Growing in My Risk Perspective: SMF Graduate’s Story with The Risk Institute

We often associate risk with something that has a negative connotation, while missing out on the fact that risk is faced with any unexpected outcome, whether good or bad. Before starting my master’s degree, I worked in a bank where for us, the word “risk” meant that there was a fair chance of events going awry.

When I started the SMF program at The Ohio State Fisher College of Business, The Risk Institute’s Monday evening sessions caught my eye and I soon realized that risk meant so much more. There were different aspects of risk such as financial, political, operational and cyber, to name a few. Risk management teams would work to ensure that the risks faced by an organization were mitigated/reduced.

The Risk Institute hosted educational sessions with an array of speakers to give insight into the diverse risks that their companies anticipated, faced and tackled. All these sessions were immensely informative and interesting. What I had anticipated being a subject with a negative connotation, turned out to be a whole new world of meanings. In addition to the guest speakers, Phil and Denita at The Risk Institute guided us in the scope of risk in this day and age, which led me to take on coursework for enterprise risk management.

As a part of the Enterprise Risk Management course, I worked on one of the risk projects for Abbott Nutrition at their Columbus Plant. The project seemed fairly simple on paper, however, as our team began working we soon realized its complexities. The scope of the project was a bit broad and we were still in the process of getting acquainted with the risks that Abbott Nutrition’s plant faced vis-à-vis other technical risks that we had studied in classrooms. We decided it would be best to seek out The Risk Institute’s advice on how to go about our project. Phil was more than happy to help us formulate a plan of action and to advise us on how such projects were done by The Risk Institute. Throughout the short term of our project, Phil, Denita and our sponsors at Abbott Nutrition were involved and continually provided feedback. This helped us in delivering a product that was ultimately appreciated by Abbott Nutrition.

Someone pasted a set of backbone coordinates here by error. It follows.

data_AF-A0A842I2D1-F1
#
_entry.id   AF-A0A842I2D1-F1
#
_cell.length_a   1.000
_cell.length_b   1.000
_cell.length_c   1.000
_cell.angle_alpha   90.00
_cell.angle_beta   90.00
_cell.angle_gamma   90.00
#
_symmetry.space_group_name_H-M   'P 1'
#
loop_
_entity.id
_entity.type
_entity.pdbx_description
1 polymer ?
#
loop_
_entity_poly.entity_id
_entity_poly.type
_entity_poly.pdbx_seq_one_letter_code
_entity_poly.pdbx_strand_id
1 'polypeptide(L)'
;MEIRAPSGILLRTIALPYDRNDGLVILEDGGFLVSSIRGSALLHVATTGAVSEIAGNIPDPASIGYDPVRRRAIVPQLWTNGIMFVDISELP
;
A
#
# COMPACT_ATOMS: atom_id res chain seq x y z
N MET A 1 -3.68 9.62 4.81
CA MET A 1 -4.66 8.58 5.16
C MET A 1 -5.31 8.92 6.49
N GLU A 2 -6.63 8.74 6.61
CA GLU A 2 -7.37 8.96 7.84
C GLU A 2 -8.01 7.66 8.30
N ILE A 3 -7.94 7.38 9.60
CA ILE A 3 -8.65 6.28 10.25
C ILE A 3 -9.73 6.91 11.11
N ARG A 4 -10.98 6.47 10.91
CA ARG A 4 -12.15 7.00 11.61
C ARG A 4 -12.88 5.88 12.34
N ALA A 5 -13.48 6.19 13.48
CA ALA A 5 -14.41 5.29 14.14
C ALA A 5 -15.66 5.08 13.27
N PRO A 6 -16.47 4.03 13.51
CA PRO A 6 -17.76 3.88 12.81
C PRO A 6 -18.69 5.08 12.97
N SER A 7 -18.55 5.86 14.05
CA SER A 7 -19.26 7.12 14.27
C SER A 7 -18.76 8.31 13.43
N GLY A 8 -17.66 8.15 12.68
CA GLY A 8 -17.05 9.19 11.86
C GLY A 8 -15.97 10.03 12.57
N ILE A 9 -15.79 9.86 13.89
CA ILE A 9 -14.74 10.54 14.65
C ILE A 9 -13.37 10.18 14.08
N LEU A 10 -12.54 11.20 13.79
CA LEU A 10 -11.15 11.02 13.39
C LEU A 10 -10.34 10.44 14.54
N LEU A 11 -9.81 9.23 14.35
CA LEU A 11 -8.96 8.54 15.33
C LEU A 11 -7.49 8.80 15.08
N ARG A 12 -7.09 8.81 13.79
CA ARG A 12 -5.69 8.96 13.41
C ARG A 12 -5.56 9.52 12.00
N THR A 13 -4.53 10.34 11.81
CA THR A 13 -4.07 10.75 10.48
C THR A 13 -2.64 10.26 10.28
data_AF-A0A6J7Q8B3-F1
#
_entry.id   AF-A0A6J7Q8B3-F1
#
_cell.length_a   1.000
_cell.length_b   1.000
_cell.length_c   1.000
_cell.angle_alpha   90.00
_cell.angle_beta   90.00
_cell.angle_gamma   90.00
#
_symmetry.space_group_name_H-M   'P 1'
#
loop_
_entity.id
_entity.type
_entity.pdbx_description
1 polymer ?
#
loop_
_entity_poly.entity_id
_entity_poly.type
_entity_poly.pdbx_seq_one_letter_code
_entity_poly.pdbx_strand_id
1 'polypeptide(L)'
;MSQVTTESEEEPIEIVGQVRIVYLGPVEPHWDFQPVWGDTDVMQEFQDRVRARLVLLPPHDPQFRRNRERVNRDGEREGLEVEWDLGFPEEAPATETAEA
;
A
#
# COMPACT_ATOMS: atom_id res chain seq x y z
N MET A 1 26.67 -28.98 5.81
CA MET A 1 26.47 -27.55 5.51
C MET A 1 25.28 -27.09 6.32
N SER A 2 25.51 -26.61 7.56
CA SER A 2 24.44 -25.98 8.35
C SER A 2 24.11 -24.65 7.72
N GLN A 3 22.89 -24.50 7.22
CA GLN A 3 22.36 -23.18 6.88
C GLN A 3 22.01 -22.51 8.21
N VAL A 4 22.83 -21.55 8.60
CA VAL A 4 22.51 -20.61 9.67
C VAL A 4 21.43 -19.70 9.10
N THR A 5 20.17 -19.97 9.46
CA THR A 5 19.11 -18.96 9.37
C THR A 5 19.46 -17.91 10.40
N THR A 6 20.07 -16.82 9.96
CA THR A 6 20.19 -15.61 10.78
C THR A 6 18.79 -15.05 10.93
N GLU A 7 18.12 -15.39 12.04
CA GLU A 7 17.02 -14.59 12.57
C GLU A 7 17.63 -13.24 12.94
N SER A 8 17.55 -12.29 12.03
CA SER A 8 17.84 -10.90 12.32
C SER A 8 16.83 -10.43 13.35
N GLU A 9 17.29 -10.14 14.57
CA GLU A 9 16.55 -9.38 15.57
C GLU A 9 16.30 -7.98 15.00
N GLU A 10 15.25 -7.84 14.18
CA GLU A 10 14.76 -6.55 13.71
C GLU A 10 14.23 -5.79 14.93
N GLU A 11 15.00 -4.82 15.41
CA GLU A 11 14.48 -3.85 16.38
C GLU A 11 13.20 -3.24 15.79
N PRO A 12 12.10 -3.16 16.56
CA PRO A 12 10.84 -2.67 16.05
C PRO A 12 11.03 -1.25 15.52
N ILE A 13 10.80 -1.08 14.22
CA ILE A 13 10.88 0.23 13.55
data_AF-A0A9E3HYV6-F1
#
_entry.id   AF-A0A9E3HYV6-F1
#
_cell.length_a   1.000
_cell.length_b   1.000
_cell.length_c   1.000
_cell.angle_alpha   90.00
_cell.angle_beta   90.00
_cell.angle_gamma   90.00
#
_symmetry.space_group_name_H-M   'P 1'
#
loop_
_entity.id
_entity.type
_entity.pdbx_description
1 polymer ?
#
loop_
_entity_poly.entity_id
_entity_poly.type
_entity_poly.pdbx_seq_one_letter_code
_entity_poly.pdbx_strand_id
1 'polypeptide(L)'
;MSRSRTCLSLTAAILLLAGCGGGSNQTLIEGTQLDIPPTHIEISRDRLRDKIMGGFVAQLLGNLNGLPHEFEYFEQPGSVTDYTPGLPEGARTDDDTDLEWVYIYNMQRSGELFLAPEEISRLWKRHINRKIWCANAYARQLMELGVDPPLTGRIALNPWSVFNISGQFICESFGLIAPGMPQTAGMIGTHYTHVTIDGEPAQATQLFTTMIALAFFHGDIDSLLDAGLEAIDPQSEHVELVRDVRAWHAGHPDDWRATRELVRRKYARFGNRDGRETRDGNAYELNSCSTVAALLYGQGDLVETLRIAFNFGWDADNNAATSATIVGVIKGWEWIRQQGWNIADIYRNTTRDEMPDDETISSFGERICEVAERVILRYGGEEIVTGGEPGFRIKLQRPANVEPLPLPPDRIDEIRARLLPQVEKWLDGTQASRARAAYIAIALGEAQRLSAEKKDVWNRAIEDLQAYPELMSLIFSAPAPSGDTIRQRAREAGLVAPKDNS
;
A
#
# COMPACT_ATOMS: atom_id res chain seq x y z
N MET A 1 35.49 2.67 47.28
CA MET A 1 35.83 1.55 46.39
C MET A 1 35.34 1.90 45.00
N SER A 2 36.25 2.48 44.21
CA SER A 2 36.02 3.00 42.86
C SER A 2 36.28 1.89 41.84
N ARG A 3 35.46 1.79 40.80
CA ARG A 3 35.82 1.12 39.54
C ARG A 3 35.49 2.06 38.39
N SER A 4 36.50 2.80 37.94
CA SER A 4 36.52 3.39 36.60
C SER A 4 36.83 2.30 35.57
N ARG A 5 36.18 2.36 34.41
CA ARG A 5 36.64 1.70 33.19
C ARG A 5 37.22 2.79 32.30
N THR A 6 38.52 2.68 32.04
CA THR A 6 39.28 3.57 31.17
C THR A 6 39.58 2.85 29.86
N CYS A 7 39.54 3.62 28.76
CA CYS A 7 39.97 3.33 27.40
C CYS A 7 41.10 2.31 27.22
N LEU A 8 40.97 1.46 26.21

In addition to the curriculum, the members of The Risk Institute have also helped me with my job search. They suggested prospective employers, networking events and connected me with professionals who have considerable expertise in the field of risk management.

To sum up my experience, it was wonderful working with the members of the Risk Institute and I plan to give back to The Risk Institute in whatever way possible in the future. I graduated in spring of 2017 from Fisher College of Business after completing my SMF degree. I am currently on the lookout for roles and opportunities.